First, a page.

SEC. ROQUE:  It’s up to the DOJ now. Of course they have the legal basis to do so. Because that SEC decision was very clear. This was a possible violation of the Anti-Dummy Law.

KAREN:  It’s a very interesting situation because what do you—you can close down the name. I mean, technically okay, corporation but—

SEC. ROQUE:  Yes, the corporate entity.

KAREN:  The corporate entity, but then how do you close down everybody in Rappler that has an internet?

SEC. ROQUE:  Kaya nga misleading.

KAREN:   If they write from their homes.

SEC. ROQUE:  Kaya nga misleading itong sinasabi nilang violation of freedom of the press. And I really—the President really took offense, kasi people don’t know it, Rappler may be very critical, but Rappler has a very good relationship with the President in the form of its reporter in Malacañang.

So the point is you have to separate the corporate personality that was declared to null and void from the exercise of the profession of journalism itself. Rappler cannot do business, the only impact here is Maria Ressa can’t engaged in fund raising from foreign investors anymore. She will have to practice as a Filipino and she may probably have to source her funds locally.  Because she can’t do it in a manner that she did or she can set-up… well, it’s up to here, I am already giving her a legal advice, set-up a company in a different jurisdiction that does not have ownership rules on mass media and you know get her investors to invest in that foreign jurisdiction but not in the Filipino jurisdiction. But, can Pia Ranada cover me in Malacañang? Of course she can. Can they publish from their home laptop? Of course they can. No one can limit the internet. That is the personification now, the utilization of the free market place of ideas.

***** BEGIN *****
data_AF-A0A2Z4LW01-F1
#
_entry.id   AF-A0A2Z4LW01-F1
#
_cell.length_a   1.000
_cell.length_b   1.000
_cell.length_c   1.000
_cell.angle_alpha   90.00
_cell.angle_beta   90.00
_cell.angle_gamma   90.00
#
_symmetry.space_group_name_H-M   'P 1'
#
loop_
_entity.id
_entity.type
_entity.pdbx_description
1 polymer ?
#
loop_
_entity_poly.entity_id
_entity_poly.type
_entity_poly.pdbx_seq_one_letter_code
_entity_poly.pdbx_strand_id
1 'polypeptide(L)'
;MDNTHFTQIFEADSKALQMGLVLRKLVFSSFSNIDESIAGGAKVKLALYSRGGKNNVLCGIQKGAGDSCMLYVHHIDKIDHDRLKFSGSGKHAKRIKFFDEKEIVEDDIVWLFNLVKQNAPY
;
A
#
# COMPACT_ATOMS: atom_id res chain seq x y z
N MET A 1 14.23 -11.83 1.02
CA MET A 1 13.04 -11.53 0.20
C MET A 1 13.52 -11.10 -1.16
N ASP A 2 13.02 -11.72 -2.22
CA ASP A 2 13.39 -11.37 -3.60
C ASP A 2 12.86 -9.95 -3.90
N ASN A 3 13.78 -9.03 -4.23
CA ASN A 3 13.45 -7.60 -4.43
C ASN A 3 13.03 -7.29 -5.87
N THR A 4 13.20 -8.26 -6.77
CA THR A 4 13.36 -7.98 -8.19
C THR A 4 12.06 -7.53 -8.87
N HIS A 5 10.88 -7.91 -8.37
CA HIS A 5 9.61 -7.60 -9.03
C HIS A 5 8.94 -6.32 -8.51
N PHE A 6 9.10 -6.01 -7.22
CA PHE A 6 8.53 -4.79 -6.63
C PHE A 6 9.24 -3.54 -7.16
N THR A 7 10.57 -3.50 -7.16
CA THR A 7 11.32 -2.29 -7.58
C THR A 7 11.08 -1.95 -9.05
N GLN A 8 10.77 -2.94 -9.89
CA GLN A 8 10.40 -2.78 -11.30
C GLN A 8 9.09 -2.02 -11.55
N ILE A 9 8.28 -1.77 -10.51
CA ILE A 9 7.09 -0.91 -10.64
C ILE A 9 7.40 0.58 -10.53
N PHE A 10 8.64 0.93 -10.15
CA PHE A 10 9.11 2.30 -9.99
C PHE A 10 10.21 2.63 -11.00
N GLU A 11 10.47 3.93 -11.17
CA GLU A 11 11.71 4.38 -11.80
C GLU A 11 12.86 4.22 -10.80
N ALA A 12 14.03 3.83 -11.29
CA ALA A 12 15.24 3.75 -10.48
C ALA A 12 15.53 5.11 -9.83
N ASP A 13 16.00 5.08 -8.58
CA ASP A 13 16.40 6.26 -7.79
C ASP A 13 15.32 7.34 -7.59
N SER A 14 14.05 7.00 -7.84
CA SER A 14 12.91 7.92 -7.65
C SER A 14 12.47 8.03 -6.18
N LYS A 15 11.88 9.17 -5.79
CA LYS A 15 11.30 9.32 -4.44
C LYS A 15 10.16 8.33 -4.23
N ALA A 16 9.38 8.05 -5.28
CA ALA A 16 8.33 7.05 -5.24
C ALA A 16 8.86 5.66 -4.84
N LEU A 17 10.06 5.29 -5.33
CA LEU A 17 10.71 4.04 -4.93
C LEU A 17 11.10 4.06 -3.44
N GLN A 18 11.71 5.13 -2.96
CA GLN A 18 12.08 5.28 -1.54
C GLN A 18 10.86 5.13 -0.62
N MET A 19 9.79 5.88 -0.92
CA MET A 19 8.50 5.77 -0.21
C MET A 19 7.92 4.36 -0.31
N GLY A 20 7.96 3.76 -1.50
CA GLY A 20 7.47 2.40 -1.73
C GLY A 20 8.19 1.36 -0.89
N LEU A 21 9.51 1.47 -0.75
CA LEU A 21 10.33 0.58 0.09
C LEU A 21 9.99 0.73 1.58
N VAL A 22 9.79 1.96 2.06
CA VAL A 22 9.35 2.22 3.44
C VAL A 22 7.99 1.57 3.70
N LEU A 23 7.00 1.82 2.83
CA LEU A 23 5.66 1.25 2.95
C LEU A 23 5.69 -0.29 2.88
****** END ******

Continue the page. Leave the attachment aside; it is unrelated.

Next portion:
KAREN:  Okay. Very quickly, if they change the name—

SEC. ROQUE:  It’s the name.

KAREN:  No the Rappler, the corporate entity right, cannot operate.

SEC. ROQUE:  The juridical entity.

KAREN:  Exactly. So if you put up a new corporation, change the name, talk to Omidyar and say ‘look we still want your money, but we have to remove that provision regarding the PDRs.’ That solves everything?

SEC. ROQUE:  Well, they need to establish a new company that would comply with the Philippine Constitution. You know what I am saying?

KAREN:  Yeah.

SEC. ROQUE:  You just can’t rectify it now, because the decision of the SEC is you are null and void. [laughs]You’re void.

KAREN:  Okay. Now will there be a physical closure? I mean, I know where the office of Rappler is, I have been there. How would you do that or what happens?

SEC. ROQUE:  Well, the closure will have to be… assuming this decision becomes final and it isn’t yet.